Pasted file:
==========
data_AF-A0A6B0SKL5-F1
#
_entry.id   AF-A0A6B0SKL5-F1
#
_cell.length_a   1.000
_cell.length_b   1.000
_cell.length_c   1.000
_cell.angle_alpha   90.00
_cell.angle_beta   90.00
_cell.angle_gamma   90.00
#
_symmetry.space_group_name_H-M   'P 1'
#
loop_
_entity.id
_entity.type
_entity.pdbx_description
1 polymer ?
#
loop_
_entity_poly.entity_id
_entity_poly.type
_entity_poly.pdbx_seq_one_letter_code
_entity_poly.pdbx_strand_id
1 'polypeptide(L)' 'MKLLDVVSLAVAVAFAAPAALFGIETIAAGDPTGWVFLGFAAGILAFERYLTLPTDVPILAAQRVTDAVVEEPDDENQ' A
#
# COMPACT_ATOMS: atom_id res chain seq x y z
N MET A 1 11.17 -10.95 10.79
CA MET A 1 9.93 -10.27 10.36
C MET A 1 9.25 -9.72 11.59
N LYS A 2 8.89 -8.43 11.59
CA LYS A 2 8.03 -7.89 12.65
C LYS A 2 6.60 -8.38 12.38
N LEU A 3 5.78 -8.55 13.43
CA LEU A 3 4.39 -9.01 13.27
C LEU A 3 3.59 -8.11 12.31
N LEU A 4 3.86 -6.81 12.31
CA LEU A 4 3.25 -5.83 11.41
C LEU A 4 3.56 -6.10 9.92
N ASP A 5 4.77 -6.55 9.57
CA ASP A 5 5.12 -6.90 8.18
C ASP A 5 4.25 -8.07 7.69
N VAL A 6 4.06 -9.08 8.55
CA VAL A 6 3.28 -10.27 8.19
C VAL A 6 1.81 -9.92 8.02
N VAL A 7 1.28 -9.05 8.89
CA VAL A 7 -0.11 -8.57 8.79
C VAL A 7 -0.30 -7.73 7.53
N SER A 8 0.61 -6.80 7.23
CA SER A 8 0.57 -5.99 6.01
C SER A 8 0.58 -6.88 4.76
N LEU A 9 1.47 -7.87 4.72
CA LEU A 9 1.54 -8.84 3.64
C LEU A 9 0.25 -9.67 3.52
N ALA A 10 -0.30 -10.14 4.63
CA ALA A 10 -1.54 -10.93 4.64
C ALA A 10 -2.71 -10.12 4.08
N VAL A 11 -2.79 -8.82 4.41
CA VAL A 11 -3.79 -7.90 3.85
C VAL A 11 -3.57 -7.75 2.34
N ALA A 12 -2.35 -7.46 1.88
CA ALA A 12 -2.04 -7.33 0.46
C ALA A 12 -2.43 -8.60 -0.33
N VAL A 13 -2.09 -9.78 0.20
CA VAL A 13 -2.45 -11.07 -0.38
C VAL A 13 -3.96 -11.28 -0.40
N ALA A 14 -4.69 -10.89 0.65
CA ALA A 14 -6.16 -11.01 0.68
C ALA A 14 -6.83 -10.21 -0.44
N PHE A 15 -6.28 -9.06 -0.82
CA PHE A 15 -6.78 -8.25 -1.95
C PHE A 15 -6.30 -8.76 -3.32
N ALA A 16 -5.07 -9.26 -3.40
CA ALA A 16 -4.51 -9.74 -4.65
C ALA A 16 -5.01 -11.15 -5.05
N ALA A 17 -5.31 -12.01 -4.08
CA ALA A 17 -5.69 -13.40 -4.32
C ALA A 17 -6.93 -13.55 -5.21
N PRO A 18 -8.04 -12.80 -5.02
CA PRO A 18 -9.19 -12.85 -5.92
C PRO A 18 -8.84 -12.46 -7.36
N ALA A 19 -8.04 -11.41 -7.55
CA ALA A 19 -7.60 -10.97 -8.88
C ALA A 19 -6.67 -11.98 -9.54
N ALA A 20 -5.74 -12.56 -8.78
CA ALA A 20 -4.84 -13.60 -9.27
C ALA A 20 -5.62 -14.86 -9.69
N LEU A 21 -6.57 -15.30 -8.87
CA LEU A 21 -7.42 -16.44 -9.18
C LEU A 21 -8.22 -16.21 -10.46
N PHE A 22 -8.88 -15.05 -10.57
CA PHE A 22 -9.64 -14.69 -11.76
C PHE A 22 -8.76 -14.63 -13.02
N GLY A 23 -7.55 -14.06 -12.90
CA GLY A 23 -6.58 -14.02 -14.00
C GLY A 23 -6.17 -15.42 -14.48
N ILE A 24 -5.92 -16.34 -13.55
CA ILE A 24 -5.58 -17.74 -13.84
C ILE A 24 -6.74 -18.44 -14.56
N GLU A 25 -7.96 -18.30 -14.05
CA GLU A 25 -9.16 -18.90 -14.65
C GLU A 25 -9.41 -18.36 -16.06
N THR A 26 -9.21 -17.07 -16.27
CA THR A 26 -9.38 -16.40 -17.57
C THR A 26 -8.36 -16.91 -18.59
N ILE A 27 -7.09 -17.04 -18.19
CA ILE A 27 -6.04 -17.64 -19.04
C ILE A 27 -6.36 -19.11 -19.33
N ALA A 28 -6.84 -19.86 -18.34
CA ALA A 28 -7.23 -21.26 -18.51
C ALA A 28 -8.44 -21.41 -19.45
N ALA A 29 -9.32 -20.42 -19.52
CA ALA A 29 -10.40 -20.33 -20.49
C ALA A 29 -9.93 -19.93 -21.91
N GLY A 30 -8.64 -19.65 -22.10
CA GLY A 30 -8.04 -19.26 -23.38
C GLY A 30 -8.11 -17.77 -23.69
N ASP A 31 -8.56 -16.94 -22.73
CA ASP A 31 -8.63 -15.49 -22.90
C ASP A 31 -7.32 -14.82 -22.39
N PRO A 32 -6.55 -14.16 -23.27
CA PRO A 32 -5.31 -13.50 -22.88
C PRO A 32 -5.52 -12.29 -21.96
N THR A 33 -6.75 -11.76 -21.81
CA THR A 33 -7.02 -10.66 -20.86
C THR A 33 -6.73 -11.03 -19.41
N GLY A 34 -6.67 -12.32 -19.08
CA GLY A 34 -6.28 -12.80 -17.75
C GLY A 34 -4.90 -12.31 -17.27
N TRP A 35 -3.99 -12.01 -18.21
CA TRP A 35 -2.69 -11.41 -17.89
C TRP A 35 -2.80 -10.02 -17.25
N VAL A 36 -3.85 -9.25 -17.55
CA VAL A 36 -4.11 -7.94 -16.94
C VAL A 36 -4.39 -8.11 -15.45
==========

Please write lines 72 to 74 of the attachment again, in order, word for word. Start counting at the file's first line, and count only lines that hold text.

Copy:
C PHE A 15 -6.30 -8.76 -3.32
N ALA A 16 -5.07 -9.26 -3.40
CA ALA A 16 -4.51 -9.74 -4.65